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Calcium Deposits Help Predict Coronary Heart Disease Risk

Abdominal aortic calcium deposits associated with risk of claudication, ischemic stroke

THURSDAY, Feb. 14 (HealthDay News) -- Abdominal aortic calcium deposits are an independent risk factor for intermittent claudication and ischemic stroke, and deposit levels may be a useful tool for stratification of those at intermediate risk of coronary heart disease, according to research published in the Feb. 1 issue of the American Journal of Cardiology.

Yamini S. Levitzky, M.D., of the National Heart, Lung, and Blood Institute's Framingham Heart Study in Framingham, Mass., and colleagues analyzed data from 848 men and 1,301 women who were participants in the original Framingham Heart Study.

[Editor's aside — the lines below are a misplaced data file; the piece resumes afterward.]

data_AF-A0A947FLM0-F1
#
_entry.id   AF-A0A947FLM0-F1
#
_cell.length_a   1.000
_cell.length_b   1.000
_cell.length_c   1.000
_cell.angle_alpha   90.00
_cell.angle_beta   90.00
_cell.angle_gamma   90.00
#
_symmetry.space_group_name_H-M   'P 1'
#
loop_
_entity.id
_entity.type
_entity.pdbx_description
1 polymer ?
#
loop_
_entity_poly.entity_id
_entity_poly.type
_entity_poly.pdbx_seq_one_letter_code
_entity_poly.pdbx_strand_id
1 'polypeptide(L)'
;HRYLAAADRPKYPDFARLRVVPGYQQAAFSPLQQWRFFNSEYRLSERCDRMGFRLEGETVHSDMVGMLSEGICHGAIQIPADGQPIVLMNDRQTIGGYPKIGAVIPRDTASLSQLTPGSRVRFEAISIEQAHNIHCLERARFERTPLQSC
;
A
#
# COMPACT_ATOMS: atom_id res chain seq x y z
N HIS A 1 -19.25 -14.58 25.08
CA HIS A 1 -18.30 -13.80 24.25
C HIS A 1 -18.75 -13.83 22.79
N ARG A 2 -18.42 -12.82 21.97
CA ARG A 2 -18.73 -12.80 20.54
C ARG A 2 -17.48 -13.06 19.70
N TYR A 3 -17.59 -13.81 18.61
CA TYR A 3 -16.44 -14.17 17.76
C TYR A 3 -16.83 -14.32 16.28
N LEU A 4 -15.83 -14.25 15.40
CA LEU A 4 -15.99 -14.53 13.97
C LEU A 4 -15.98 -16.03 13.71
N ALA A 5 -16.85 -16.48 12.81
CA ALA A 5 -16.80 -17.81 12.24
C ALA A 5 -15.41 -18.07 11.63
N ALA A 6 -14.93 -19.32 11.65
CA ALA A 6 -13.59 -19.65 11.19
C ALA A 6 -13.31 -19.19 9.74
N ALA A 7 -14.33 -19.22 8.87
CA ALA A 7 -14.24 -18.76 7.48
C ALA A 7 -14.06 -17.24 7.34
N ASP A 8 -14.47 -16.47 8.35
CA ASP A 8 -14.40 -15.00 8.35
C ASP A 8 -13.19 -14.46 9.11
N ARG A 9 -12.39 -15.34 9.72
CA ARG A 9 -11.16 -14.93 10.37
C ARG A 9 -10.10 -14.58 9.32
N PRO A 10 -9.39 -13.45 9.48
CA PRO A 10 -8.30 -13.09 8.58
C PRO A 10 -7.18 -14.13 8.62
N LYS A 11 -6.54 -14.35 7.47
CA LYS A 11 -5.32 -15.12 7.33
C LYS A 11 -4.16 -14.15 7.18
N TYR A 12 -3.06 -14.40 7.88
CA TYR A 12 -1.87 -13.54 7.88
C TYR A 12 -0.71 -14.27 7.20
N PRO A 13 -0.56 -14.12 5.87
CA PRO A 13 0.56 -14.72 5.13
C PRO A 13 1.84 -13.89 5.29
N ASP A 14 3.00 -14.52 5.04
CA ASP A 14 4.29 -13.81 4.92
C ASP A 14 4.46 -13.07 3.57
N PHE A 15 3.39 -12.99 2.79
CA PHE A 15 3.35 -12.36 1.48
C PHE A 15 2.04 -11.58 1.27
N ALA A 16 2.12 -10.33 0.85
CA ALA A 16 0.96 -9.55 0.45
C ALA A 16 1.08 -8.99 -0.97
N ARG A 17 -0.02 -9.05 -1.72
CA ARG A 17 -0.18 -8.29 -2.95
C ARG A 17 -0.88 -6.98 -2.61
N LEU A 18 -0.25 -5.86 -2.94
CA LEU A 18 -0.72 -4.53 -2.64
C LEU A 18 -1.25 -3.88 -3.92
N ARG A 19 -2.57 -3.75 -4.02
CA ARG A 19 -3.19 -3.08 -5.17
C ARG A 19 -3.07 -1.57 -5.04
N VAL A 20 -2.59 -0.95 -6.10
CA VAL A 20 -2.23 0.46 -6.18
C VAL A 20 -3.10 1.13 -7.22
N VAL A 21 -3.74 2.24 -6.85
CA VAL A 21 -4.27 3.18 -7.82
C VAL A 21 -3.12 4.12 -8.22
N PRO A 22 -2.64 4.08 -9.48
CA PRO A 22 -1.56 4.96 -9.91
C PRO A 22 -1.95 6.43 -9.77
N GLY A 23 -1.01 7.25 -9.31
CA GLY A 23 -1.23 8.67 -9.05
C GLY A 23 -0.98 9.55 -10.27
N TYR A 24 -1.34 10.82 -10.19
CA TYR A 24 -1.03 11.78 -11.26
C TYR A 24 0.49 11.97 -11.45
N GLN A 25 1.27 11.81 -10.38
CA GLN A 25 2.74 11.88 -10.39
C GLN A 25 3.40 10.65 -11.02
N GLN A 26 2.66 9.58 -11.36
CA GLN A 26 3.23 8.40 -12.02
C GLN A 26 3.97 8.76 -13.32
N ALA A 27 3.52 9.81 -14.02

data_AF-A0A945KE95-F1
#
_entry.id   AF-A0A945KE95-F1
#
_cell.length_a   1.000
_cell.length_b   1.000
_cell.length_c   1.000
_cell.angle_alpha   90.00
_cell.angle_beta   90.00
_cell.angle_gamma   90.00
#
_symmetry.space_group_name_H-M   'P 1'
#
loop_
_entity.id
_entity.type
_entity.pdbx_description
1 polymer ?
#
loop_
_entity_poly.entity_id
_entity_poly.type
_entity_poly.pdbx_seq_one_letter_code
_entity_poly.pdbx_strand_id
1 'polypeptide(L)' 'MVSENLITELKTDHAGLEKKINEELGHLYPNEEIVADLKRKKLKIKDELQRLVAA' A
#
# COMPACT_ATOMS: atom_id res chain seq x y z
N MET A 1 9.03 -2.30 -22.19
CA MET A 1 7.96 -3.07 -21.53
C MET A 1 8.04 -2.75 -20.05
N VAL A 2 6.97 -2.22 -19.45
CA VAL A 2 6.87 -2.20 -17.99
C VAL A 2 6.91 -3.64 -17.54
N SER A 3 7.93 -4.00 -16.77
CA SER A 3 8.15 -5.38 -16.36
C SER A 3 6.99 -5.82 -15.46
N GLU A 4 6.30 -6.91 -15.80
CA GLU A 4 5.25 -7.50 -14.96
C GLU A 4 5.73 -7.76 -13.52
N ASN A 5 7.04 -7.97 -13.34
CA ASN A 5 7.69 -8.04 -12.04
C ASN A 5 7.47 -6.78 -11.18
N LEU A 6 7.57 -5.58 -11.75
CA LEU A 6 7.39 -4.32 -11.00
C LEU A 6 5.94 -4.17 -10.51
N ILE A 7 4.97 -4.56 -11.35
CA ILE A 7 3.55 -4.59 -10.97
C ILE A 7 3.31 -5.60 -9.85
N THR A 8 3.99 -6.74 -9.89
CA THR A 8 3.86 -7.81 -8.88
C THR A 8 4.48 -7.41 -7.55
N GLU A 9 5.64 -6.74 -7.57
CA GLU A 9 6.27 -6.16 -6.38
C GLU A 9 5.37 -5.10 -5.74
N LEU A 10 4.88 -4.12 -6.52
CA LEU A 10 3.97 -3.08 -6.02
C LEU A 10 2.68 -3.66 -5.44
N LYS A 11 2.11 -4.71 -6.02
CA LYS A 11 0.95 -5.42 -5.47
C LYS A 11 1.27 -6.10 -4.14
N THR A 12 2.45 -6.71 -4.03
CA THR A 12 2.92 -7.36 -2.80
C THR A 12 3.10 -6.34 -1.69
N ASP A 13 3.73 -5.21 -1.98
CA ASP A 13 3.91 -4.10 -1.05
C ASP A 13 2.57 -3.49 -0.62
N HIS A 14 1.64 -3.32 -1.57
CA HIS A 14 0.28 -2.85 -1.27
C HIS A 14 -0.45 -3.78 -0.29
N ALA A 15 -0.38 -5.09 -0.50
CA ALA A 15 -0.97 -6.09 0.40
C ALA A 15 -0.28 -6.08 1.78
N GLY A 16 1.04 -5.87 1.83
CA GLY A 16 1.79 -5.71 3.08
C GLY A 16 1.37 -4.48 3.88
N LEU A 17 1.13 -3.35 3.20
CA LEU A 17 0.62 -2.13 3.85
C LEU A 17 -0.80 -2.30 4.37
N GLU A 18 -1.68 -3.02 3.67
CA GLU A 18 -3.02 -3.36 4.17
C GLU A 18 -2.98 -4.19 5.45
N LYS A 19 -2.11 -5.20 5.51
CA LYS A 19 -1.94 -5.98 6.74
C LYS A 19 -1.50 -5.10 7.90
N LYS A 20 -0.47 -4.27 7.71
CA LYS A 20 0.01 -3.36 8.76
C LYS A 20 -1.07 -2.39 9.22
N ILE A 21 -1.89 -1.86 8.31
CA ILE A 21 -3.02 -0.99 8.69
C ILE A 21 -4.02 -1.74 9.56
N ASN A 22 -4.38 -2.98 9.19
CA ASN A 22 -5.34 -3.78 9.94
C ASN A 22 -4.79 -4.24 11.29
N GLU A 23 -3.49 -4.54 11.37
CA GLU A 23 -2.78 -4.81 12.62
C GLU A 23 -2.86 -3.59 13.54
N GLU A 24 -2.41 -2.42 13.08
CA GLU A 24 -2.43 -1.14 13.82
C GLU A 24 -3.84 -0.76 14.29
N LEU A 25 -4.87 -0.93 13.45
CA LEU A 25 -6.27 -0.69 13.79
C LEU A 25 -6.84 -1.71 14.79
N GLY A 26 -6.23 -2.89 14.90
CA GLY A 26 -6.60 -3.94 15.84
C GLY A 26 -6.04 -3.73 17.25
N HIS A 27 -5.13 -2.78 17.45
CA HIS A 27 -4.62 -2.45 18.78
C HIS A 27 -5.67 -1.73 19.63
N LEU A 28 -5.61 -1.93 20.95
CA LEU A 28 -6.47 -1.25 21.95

During 32 years of follow-up, there were 199 incidences of intermittent claudication, 201 ischemic strokes, 702 coronary heart disease events and 1,121 cardiovascular disease events. The subjects' abdominal aortic calcium deposits were graded, and those in the third versus the first tertile were at 68 percent higher risk of intermittent claudication. The increased risk for ischemic stroke was 73 percent, while the risk of coronary heart and cardiovascular disease was 59 percent and 64 percent higher, respectively.

"The magnitude of risk conferred by abdominal aortic calcium for intermittent claudication and ischemic stroke is comparable to or exceeds that for coronary heart disease or cardiovascular disease," the authors write. "Abdominal aortic calcium determined by plain lumbar radiography appears to be a simple tool to improve risk stratification for patients at low or intermediate cardiovascular risk."

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